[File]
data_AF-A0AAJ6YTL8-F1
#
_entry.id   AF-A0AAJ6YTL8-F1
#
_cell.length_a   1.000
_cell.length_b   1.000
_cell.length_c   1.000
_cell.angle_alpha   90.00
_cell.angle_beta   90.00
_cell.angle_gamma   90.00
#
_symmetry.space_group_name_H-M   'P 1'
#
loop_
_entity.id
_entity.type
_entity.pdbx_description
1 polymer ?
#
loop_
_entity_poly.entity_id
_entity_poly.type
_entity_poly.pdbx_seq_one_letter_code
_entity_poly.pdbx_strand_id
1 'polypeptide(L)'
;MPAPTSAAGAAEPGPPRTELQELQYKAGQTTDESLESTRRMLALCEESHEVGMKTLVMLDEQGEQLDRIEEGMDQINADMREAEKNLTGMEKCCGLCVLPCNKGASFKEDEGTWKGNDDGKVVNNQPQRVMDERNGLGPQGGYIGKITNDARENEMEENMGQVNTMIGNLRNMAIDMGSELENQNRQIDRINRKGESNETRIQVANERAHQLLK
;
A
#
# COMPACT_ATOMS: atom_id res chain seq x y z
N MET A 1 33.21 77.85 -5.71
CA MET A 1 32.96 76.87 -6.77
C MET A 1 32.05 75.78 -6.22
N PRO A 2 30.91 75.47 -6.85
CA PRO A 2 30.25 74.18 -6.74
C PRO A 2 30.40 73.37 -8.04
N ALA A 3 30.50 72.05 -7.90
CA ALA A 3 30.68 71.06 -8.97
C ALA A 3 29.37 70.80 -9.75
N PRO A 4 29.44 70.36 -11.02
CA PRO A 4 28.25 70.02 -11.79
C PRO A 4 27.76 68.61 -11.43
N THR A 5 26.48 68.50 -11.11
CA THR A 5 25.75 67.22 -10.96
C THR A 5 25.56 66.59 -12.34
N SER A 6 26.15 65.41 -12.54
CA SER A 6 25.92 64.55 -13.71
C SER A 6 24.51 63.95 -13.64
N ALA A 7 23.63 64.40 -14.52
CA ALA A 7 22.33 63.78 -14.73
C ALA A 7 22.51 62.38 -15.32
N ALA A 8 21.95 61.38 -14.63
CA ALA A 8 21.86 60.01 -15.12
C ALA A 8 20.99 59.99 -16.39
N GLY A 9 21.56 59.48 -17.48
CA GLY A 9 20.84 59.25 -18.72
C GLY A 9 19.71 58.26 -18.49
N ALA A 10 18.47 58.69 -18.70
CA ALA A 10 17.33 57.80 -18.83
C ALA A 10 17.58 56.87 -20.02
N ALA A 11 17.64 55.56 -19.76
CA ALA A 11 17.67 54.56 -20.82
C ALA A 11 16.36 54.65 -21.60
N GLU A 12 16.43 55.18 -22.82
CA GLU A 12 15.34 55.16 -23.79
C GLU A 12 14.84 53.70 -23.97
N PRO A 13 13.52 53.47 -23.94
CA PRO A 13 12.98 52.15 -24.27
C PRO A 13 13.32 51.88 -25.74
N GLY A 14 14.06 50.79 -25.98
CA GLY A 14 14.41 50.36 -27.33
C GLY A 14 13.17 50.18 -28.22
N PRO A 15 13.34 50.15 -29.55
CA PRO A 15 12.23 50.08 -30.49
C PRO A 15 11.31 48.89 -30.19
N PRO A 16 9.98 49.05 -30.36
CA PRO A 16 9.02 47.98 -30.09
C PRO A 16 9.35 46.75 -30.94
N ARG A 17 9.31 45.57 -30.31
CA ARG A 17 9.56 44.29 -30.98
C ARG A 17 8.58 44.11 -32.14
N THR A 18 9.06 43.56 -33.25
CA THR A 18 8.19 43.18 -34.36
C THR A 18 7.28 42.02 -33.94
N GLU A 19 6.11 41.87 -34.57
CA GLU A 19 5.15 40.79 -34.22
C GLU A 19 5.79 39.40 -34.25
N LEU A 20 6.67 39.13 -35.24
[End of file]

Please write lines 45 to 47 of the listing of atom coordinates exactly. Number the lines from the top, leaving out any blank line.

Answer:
C THR A 5 25.56 66.59 -12.34
N SER A 6 26.15 65.41 -12.54
CA SER A 6 25.92 64.55 -13.71